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April 11, 2016 

Kana Enomoto, MA
Acting Administrator
Substance Abuse and Mental Health
Services Administration
Department of Health and Human Services
Attention: SAMHSA-4162-20
5600 Fishers Lane, Room 13N02B
Rockville, MD 20857 

Submitted via 

Re: Confidentiality of Substance Use Disorder Patient Records; Proposed Rule, file code SAMHSA 4162–20. 

Dear Acting Administrator Enomoto: 

The National Association of ACOs (NAACOS) appreciates the opportunity to submit comments on the proposed rule, “Confidentiality of Substance Use Disorder Patient Records; Proposed Rule (file code SAMHSA 4162–20), as published in the February 9, 2016 Federal Register. We support the Substance Abuse and Mental Health Services Administration’s (SAMHSA’s) efforts to modernize regulations to better align them with developments in the nation’s health care delivery system since the last substantive regulatory update in 1987, while at the same time preserving important patient privacy protections. By finalizing the proposed changes, patients with substance use disorders will be able to benefit from new integrated health care models, such as ACOs, without exposing them to adverse consequences that could act as a deterrent to their seeking needed care. 

NAACOS is the largest association of Medicare ACOs, representing over 3 million beneficiary lives through 180 Medicare Shared Savings Program (MSSP) ACOs, Next Generation, and Pioneer ACOs. NAACOS is an ACO member-led and member-owned non-profit organization that works on behalf of ACOs across the nation to improve the quality of Medicare delivery, population health and outcomes, and health care cost efficiency. Our members, more than many other healthcare organizations, want to see an effective, coordinated patient-centric care process. Our recommendations reflect our expectation and desire to see the MSSP achieve the long-term sustainability necessary to enhance care coordination for Medicare beneficiaries, reduce healthcare costs, and improve quality in the Medicare program.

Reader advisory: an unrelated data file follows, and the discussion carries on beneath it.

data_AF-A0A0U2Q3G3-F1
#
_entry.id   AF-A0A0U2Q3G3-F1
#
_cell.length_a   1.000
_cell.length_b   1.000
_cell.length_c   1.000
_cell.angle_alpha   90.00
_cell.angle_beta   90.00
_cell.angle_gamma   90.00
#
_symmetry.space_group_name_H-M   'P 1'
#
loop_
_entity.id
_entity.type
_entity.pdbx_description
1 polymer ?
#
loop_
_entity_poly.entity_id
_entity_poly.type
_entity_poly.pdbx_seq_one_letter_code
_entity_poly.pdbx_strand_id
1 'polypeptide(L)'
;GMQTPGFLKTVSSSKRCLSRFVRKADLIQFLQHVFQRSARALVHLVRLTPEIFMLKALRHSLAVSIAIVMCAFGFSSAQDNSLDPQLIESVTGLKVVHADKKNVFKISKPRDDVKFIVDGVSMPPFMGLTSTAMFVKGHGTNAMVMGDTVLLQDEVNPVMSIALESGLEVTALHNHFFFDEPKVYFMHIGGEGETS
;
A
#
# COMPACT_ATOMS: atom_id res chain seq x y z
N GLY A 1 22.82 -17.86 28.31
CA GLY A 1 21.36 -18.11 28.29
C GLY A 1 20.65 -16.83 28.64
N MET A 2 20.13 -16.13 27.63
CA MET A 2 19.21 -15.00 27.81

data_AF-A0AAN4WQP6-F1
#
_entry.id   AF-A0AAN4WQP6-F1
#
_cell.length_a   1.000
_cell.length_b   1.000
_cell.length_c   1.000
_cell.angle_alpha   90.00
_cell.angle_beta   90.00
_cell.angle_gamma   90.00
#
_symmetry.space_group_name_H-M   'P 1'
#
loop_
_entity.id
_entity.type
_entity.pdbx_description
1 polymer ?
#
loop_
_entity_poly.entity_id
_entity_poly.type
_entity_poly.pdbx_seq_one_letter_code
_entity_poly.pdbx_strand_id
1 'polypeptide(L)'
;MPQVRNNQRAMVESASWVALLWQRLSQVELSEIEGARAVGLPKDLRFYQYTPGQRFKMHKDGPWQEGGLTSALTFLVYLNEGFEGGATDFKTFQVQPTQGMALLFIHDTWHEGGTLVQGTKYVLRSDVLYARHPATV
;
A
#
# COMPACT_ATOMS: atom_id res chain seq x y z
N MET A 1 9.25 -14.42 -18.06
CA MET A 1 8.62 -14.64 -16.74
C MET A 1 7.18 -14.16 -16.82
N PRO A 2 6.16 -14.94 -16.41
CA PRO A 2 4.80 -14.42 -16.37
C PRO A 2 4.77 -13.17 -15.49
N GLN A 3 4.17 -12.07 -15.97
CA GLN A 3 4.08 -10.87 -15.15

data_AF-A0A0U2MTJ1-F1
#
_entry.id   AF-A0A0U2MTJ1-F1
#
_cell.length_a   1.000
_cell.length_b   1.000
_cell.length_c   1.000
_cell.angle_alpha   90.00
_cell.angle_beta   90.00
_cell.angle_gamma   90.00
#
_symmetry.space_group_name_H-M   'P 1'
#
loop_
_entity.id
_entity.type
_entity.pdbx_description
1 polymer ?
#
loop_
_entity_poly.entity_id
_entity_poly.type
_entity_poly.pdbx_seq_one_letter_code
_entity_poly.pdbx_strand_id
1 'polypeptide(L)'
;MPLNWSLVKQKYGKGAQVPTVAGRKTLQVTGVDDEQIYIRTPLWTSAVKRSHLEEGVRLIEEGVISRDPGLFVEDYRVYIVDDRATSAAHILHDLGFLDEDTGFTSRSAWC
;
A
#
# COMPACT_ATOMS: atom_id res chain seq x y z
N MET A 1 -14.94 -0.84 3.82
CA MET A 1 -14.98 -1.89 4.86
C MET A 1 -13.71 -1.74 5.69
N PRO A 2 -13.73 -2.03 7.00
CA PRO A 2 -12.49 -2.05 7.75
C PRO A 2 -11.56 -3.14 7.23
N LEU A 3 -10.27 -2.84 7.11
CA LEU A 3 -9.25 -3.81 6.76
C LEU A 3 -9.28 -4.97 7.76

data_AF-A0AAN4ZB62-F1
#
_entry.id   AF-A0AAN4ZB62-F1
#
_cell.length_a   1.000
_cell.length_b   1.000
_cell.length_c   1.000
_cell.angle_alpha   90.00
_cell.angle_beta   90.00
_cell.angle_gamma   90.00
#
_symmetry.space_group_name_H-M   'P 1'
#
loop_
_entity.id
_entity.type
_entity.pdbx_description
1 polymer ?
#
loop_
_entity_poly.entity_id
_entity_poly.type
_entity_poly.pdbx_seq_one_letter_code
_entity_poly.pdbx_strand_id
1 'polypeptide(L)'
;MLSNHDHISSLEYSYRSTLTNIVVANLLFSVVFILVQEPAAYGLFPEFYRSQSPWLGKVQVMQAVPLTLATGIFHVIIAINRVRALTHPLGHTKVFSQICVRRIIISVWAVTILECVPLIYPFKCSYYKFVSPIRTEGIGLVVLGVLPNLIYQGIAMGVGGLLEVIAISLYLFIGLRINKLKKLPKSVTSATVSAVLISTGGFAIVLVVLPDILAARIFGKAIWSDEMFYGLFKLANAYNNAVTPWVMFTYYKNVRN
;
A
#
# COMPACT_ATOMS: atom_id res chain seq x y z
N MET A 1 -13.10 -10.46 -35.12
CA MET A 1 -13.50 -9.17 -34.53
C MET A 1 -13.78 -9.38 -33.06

We understand that the laws and regulations governing the confidentiality of substance abuse records were written out of great concern about the potential use of substance abuse information against individuals, deterring individuals with substance use disorders from seeking needed treatment. Under the current regulations, a federally assisted substance use disorder program generally may only release identifiable information related to substance use disorder diagnosis, treatment, or referral for treatment with the individual’s express consent. Current regulations impede care coordination and quality improvement efforts for patients with a history of substance abuse. Updating these regulations is critical to allow these patients to benefit from highly coordinated healthcare models such as ACOs, which work to improve care with better data sharing and coordination. Facilitating the electronic exchange of patient information across providers is a fundamental ACO activity that improves the quality of care that individual patients receive. 

Proposals and NAACOS Feedback